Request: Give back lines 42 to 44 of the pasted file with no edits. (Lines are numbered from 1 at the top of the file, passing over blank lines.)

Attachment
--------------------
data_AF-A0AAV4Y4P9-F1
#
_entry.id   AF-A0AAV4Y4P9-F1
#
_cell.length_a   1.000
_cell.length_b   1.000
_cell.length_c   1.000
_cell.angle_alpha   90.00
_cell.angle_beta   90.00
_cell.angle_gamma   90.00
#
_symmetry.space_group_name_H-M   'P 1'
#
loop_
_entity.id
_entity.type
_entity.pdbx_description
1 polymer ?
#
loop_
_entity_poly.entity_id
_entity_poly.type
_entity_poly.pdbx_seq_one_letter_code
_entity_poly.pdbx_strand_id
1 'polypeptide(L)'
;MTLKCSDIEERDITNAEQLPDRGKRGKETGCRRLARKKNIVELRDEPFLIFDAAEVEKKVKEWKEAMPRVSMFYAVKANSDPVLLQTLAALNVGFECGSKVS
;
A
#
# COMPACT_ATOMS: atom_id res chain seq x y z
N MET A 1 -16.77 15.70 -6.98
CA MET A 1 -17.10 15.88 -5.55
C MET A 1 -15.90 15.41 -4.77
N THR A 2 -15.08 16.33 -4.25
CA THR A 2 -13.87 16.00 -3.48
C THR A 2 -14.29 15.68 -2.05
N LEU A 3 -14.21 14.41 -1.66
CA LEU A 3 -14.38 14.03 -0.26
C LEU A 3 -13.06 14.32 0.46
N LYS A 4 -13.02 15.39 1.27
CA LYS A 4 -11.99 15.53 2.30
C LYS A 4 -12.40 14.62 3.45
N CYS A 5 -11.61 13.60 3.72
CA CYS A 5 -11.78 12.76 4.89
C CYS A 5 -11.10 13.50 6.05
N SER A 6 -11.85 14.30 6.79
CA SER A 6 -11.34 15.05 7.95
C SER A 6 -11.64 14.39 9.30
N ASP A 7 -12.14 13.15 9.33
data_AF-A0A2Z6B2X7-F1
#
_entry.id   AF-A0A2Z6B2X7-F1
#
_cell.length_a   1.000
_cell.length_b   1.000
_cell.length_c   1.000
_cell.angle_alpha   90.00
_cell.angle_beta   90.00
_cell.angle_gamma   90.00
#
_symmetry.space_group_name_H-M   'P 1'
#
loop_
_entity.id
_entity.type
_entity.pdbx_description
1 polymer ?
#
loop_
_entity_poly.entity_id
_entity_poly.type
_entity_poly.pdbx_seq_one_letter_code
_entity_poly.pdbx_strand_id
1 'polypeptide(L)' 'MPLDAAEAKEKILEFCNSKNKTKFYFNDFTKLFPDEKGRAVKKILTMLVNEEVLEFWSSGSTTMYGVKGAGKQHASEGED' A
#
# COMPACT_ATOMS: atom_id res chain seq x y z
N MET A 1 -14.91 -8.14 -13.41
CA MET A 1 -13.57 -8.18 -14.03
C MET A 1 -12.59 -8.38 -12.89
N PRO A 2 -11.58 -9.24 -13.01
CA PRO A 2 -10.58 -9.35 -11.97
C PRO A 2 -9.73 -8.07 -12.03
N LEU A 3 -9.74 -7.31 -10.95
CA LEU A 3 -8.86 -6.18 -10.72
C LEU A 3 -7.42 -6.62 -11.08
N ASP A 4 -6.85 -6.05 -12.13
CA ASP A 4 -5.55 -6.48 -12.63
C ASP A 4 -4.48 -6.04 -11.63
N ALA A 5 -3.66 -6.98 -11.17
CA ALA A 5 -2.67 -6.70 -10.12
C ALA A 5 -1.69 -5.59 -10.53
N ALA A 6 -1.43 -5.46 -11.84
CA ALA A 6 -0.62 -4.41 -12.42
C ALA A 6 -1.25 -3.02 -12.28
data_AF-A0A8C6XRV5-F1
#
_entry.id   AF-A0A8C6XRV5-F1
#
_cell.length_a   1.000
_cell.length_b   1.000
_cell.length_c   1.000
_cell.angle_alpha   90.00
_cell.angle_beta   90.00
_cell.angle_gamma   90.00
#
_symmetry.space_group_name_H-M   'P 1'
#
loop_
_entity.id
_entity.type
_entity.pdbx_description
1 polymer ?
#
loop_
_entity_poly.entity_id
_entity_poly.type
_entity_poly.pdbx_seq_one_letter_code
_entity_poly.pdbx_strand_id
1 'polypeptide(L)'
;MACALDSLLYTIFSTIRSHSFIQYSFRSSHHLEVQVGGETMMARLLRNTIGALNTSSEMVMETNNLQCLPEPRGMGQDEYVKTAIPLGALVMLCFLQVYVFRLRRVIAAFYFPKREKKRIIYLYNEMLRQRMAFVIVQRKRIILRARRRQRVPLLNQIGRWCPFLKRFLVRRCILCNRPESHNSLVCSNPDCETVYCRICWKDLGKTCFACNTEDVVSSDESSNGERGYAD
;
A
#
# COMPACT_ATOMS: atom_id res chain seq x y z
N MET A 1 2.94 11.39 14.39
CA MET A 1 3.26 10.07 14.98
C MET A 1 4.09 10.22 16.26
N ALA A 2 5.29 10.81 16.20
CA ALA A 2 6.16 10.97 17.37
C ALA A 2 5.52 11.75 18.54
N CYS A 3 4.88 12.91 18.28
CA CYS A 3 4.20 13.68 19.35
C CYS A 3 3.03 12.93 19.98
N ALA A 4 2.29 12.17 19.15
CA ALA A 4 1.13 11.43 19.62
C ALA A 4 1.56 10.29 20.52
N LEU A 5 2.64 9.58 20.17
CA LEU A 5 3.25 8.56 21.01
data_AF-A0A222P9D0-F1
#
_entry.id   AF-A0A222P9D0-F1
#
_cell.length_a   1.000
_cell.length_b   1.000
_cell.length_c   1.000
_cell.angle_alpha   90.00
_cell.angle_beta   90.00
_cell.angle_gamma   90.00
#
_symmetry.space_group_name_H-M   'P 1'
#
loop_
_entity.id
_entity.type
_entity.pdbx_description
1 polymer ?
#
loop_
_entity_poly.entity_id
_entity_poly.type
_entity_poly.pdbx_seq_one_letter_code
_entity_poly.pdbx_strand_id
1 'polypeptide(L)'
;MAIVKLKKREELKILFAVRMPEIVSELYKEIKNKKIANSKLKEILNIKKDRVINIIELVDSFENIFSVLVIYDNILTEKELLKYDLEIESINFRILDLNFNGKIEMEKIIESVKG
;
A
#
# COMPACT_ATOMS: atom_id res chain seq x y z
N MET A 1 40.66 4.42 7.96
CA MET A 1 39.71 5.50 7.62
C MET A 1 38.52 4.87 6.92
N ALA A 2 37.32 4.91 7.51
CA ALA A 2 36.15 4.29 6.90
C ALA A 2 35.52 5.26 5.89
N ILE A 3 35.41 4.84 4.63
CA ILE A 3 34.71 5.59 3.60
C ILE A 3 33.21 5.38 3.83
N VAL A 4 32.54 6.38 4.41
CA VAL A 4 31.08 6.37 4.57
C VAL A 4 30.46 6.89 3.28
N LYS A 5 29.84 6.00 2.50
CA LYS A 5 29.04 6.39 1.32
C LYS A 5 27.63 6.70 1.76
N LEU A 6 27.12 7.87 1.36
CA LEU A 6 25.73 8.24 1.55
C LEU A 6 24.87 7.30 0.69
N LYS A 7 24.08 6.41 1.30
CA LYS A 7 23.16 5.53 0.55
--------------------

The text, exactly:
C LYS A 4 -12.40 14.62 3.45
N CYS A 5 -11.61 13.60 3.72
CA CYS A 5 -11.78 12.76 4.89